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October 8, 2013

Mack vs. Stoops with everything on the line

Last Thursday night, the Mack Brown era came this close to crash-landing in the corn fields of Ames, Iowa.

When Iowa State took a 30-24 lead with 3:40 left, scenes of an historic run for Brown began flashing like a slide show - from Ricky Williams' magic carpet ride to the Heisman Trophy in Brown's first year (1998), when Brown reunited the UT program; to a national title with Vince Young in 2005; to a near-miss for it all against Nick Saban in 2009.

But if Hollywood is based on scripts filled with conflict over survival, love and money in the most dramatic of settings, then Mack Brown's continuing attempt to impose his will on a desperate situation couldn't end in Ames.

Not Ames.

That battle for survival had to be saved for the largest setting in college football, amidst the greatest game-day atmosphere in all of sports.

The Red River Shootout is settled in a divided Cotton Bowl, half burnt orange, half crimson, always full of deafening, border state hate and always smack in the middle of the State Fair of Texas.

Now, that's a setting for a showdown at high noon (or 11 am CT to be exact) between the only two coaches in the Big 12 with a crystal football, with one coach possibly pronouncing last rites over the other.


In the first decade of the 2000s, these October clashes between Mack Brown's Longhorns and Bob Stoops' Sooners often determined conference titles and even national championship runs.

Stoops' troops administered some hefty beatdowns in 2000 and 2003 as well as Texas' first shutout loss in 24 years (2004). The Longhorns answered in 2005, 2006, 2008 and 2009.

But this Saturday, the stakes will be far greater than the Golden Hat Trophy awarded to the winner, which happens to be the inspiration for Texas' golden-highlighted Nike Pro Combat uniforms being worn for the game.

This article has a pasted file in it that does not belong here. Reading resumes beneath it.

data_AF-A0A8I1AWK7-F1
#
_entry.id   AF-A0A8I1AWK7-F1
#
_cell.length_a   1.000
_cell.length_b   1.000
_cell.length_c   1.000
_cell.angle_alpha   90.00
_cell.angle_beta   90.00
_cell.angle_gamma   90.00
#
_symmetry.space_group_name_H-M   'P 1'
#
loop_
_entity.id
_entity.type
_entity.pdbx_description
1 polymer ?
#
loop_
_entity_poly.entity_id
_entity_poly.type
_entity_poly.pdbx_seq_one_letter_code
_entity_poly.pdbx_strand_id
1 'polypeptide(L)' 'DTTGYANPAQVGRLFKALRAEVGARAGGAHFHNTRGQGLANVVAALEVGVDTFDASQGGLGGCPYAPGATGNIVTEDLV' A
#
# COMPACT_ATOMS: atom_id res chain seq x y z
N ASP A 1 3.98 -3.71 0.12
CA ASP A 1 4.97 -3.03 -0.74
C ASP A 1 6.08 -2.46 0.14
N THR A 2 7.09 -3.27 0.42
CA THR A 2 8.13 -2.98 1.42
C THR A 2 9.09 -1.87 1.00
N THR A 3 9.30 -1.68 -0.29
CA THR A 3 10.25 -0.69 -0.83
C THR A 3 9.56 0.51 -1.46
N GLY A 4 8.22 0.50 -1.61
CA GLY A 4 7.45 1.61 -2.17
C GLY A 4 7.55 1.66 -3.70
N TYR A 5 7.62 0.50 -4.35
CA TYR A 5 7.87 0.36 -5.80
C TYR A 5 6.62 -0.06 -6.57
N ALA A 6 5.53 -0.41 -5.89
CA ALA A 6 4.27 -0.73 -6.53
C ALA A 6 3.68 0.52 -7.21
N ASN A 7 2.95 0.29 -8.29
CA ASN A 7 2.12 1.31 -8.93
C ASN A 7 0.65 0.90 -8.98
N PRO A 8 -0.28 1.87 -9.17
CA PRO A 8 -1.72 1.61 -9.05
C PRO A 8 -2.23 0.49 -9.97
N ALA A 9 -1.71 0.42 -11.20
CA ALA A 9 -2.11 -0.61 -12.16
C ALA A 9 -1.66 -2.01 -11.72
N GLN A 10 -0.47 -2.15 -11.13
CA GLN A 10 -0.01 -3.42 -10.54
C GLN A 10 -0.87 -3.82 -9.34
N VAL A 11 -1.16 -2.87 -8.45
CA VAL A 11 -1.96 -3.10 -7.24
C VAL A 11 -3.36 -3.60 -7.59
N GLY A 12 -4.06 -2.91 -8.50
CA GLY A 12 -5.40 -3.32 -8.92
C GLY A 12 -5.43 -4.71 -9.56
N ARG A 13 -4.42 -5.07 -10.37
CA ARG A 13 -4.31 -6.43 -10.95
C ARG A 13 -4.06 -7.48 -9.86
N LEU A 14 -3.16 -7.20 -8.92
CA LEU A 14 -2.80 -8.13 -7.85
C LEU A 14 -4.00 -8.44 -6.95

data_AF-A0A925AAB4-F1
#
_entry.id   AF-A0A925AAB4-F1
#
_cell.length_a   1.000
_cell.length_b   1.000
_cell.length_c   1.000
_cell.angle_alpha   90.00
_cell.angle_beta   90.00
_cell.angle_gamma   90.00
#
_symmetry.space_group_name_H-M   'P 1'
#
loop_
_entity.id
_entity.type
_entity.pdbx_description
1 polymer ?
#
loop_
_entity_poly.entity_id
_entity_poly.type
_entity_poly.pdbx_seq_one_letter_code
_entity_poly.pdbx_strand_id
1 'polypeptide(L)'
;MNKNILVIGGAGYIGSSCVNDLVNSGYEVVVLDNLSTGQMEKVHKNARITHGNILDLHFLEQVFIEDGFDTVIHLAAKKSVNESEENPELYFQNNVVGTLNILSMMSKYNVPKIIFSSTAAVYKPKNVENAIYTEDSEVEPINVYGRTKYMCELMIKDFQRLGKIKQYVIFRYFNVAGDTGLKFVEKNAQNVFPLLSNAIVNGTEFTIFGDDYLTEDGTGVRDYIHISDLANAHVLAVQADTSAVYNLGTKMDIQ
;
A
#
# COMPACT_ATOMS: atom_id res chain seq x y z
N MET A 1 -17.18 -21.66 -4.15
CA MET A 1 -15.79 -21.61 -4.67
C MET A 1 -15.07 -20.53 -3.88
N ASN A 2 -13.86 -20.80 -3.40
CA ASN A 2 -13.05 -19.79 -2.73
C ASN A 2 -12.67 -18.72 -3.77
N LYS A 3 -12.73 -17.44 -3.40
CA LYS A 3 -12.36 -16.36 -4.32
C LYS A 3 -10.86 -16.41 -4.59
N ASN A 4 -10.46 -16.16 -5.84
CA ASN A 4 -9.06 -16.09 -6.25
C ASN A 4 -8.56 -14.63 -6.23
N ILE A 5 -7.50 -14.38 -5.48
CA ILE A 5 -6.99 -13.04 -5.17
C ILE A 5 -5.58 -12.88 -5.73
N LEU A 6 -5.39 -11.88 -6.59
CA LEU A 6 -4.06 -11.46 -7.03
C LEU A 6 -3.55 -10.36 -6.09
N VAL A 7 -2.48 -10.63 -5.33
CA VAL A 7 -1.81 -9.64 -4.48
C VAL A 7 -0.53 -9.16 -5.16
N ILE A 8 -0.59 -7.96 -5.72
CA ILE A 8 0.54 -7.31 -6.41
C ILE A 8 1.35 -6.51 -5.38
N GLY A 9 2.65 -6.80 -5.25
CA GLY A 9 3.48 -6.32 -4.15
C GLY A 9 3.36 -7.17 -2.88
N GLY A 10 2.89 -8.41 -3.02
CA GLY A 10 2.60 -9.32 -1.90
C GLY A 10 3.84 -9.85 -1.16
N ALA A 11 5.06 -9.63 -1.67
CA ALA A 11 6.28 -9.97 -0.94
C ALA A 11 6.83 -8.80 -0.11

It could be Stoops pulling the plug on Brown's 16-year run as coach at Texas.

Like Royal and Broyles; Schembechler and Hayes; the success of Brown and Stoops has often been defined by their success against each other.

Stoops holds a 9-5 record against Brown while piling up 8 Big 12 titles in that span. Brown has two conference championships in 30 years as a head coach, both coming in the last 8 years. But three straight losses to OU, including the last two by an average of 40 points to Sooner teams that played in the Insight and Cotton bowls, were enough for Texas faithful.

They couldn't take coming to the Cotton Bowl anymore to see such carnage. This year, tickets on Texas' side are selling on the secondary market at or below face value. Tickets on Oklahoma 's side are selling for up to $150 above face value.

"I'm not going back to the Cotton Bowl in October until Mack Brown is gone," has been a common refrain on local radio shows.

That leaves many to wonder how much crimson will be on the Texas side of Saturday's game.


These two coaches have won in different ways.

Stoops says his program will always be about winning championships.

Read Mack Brown's bio at Texassports.com, and it talks about nine straight 10-win seasons (2001-09), a 10-4 bowl record and finishing in the Top 15 in 10 of the last 13 years.

Brown's program is known more for its family atmosphere (fostered by Brown and wife, Sally), which has attracted one top recruit after another.

For 15 years, OU's unmistakable edge of physical toughness and identity have come from Stoops himself, with a strong assist for seven of those seasons from his in-your-face brother Mike, OU's defensive coordinator.

Former OU defensive tackle Dusty Dvoracek once told me he was "terrified" every day he went to practice in Norman, fearful of being singled out by coaches for doing something wrong. But Dvoracek said that fear drove him every day to get better.

The edge at Texas under Brown, however, has been ever-changing. Sometimes, it took the form of great player leadership (as was the case in the Vince Young and Colt McCoy eras) or it took the form of a Type A assistant coach, such as Greg Robinson, Dick Tomey or Will Muschamp.

The last three-plus years, an identity at Texas has been hard to find.


Bob Stoops lost his first head-to-head battle with Mack Brown in 1999, thanks in large part to the wile and guile of a redheaded QB named Major Applewhite, who helped erase a 17-0 deficit.

Applewhite connected on two TD passes to Ryan Nunez, one to Kwame Cavil, and Kris Stockton kicked three FGs in a 38-28 Texas victory.

In the Red River Shootout's one-of-a-kind, split-at-the-50 madness inside the Cotton Bowl, overcoming a near three-touchdown deficit can feel like trying to win a NASCAR race on the back of Bevo while pulling the Sooner Schooner.